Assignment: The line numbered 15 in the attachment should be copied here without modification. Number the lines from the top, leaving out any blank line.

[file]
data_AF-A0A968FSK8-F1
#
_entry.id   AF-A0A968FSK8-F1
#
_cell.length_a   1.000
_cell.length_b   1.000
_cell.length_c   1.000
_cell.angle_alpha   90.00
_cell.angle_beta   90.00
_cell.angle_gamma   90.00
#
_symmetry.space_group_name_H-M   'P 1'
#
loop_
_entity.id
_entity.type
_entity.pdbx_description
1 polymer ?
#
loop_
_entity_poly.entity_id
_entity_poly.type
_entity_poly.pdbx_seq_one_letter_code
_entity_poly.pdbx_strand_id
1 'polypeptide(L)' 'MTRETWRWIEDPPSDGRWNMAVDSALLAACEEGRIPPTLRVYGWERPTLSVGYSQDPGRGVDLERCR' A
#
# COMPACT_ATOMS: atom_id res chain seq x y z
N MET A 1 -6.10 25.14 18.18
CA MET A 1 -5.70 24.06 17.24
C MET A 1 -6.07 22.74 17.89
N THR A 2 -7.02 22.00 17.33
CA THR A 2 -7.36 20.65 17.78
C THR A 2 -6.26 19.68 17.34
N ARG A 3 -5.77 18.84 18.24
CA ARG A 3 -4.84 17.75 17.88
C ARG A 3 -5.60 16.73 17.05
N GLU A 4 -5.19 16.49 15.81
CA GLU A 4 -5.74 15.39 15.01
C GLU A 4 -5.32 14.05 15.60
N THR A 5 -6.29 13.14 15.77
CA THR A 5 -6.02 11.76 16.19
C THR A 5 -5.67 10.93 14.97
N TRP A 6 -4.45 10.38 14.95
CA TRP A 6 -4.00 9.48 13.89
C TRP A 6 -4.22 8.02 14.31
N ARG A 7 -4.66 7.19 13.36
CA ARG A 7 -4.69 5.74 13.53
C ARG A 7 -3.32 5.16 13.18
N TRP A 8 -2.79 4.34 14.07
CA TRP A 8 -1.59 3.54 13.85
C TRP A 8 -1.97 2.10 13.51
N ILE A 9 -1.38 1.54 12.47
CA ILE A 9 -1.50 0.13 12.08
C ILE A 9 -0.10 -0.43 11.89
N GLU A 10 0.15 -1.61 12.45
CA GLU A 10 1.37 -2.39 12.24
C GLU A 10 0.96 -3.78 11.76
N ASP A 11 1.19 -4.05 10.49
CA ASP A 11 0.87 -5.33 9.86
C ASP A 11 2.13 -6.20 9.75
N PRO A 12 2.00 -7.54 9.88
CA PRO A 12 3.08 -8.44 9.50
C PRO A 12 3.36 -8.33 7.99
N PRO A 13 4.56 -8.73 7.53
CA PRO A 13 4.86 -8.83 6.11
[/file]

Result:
_entity.id